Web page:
GREENSBORO, NC — On Friday night, Kansas State fans filed into Greensboro Coliseum to watch their team play vs. Montana State in the Round of 64 of the NCAA Tournament. But before seeing their Purple Wildcats play, they watched a Blue Wildcat from Kentucky record 25 rebounds — the second most in an NCAA Tournament game since 1973 — in No. 6 Kentucky’s victory over Providence.
Kentucky’s Oscar Tshiebwe is the best rebounder in college basketball. This season he averaged 13.5 rebounds a game and last year — when he was the National Player of the Year — he led the country with 15.2 rebounds a game.
“He has a nose for the ball, and it’s important to him that he goes and gets rebounds,” Kentucky head coach John Calipari said. “He understands positioning, where the ball will probably come off to, and then he goes up and now he rebounds with two hands. When he gets both hands on it, it’s hard to get it away from him.”
This season, Tshiebwe became the first National Player of the Year winner to return to college basketball since North Carolina returned Tyler Hansbrough, the 2007-08 winner. Hansbrough returned as a senior and led 2008-09 North Carolina to the national title, and Tshiebwe returned with similar hopes in 2022-23.
But the 2022-23 season started poorly. He underwent a minor knee procedure in the weeks leading up to the season and it led to him missing time early in the season. Then, Kentucky started the year with a disappointing 10-6 overall record despite Tshiebwe returning and the Wiildcats being ranked in the top 5 in the preseason. At one point, Kentucky was viewed as a bubble team in the NCAA Tournament after losing to South Carolina on Jan. 10.
But since Jan. 14, Kentucky has won 12-of-17 games and ranks No. 18 in the country, according to T-Rank. In the 17 games, Tshiebwe is averaging 16.3 points and 13.8 rebounds with more than 5.5 rebounds coming on the offensive glass.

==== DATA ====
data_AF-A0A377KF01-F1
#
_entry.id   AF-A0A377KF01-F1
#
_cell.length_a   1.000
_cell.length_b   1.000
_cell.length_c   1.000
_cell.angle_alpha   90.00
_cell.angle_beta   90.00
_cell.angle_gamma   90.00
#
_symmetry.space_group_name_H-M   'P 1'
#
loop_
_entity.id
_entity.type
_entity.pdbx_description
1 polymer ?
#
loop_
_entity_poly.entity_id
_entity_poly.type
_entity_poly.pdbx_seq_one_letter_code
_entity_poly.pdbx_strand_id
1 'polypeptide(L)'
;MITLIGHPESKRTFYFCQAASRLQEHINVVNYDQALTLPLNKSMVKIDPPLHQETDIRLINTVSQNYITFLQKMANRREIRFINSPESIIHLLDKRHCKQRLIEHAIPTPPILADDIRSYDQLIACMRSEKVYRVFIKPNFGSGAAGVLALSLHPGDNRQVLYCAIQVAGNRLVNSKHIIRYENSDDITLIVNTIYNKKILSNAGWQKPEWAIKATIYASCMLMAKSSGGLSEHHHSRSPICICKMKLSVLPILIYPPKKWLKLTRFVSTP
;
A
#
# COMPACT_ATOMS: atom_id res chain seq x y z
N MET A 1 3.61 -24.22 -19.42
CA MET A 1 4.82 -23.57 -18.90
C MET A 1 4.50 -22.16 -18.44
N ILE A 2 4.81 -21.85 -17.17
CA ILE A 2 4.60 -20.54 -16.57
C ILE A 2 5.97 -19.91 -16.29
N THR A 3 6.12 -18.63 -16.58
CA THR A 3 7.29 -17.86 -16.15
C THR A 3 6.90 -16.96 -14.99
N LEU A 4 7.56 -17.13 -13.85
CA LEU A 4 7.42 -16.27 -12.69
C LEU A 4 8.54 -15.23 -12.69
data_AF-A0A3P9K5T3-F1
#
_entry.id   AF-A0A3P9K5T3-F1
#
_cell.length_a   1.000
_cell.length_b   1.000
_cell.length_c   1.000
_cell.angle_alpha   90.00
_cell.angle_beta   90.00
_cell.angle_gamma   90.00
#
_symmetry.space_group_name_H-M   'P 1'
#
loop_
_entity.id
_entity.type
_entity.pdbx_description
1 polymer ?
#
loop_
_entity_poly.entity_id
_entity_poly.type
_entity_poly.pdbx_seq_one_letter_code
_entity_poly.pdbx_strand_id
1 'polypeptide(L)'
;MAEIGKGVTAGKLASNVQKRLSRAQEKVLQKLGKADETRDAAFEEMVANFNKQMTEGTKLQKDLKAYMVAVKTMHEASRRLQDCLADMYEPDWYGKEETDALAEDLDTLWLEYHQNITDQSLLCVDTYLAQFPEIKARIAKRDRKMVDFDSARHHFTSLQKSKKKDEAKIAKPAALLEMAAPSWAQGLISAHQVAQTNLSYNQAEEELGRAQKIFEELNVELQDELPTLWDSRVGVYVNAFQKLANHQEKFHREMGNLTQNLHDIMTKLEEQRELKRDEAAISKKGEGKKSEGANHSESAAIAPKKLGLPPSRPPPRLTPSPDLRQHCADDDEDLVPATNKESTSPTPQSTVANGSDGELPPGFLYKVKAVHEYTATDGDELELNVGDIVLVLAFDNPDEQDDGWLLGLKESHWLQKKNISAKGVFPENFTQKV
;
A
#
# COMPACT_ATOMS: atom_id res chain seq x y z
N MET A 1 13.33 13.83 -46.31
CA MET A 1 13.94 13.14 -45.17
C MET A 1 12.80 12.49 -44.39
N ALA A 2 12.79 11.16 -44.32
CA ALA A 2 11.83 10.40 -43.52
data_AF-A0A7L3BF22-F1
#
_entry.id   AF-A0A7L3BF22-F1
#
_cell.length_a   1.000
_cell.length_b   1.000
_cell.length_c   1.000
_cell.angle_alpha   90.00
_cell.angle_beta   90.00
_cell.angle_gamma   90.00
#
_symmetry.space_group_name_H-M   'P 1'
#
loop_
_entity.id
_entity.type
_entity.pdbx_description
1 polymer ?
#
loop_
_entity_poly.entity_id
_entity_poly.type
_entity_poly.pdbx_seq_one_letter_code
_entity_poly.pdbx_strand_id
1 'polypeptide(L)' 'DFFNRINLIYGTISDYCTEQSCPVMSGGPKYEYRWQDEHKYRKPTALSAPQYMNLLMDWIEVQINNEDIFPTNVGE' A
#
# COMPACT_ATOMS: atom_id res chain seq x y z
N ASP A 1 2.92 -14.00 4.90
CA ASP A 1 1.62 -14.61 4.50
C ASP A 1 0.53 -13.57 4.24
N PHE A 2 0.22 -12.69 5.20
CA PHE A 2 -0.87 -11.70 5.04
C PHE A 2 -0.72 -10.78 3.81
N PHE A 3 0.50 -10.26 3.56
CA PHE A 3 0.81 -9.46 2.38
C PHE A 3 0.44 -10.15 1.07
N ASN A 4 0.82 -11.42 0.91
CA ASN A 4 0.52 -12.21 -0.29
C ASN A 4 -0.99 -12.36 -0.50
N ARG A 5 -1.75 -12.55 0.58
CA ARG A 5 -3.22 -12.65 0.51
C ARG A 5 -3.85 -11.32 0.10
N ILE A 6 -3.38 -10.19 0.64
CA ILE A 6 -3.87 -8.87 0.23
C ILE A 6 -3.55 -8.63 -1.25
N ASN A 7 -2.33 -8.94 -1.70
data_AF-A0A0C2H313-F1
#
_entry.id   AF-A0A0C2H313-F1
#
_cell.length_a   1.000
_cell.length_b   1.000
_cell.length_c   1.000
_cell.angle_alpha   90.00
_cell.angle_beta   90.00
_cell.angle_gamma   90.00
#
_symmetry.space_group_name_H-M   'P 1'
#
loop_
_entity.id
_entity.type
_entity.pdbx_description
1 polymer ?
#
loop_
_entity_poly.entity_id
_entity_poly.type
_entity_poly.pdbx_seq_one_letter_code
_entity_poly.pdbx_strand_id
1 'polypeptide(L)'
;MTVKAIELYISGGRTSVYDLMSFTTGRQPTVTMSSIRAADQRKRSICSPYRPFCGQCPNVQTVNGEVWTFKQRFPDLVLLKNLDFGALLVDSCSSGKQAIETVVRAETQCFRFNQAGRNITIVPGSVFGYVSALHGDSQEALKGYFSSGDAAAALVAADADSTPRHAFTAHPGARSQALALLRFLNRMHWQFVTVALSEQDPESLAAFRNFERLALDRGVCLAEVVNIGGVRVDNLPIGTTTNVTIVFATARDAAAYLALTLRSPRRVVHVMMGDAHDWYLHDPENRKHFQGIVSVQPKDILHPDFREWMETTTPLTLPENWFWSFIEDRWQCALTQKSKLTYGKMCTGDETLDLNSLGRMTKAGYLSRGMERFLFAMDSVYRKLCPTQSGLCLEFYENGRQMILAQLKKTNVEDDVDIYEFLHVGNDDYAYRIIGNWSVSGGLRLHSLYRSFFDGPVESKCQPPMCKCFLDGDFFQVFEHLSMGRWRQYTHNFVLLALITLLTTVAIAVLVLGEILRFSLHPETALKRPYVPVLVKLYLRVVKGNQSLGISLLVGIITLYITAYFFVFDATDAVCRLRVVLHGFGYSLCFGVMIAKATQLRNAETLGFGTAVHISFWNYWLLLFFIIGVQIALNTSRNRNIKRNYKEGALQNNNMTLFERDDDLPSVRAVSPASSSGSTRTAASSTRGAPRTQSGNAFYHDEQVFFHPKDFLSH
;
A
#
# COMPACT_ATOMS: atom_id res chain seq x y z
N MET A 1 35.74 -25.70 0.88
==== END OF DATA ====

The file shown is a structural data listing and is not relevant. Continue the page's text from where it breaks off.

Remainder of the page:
Jerome Tang didn’t sleep much — if at all — following Kansas State’s 77-65 win over Montana State to qualify for the Round of 32. Instead of sleeping, he — and his coaching staff — began scouting the No. 6 seeded Kentucky team that will play against Kansas State on Sunday afternoon.
“I didn’t have to look at Oscar on film,” Tang said. “We recruited him really hard when he was coming out of high school, then watched him play for two years and competed against him at West Virginia. You know, so I’ve seen it up close and personal. He does have that “it.” Oscar — in their wins and losses, Oscar gets double-doubles, and he does that.”
Calipari, a hall-of-fame coach, urges players on this season’s team to embrace their egos, an odd strategy. Most coaches want their players to be humble, but Calipari feels that this team needs to play with swagger in order to “star” in their roles. He feels that is the best way for this Kentucky team to reach the national championship potential many felt they had entering the season. And Tshiebwe did that better than anybody for Kentucky against Providence with his near-record-setting 25 rebounds.
He’s relentless on the glass. It’s something Kentucky players are “accustomed to seeing from Oscar,” as freshman Chris Livingston said. Tshiebwe said he reads the ball as it clashes against the rim like a centerfielder does a sky-high fly ball. But when Tshiebwe elevates off the hardwood is when he becomes his most special on the glass. “I use my body a lot when I’m jumping,” he said. And by using his body, the All-American is able to deflect any opponents also attempt to get their paws on the ball.
“They go try to grab it,” Calipari said, “and he grabs it with two [hands].”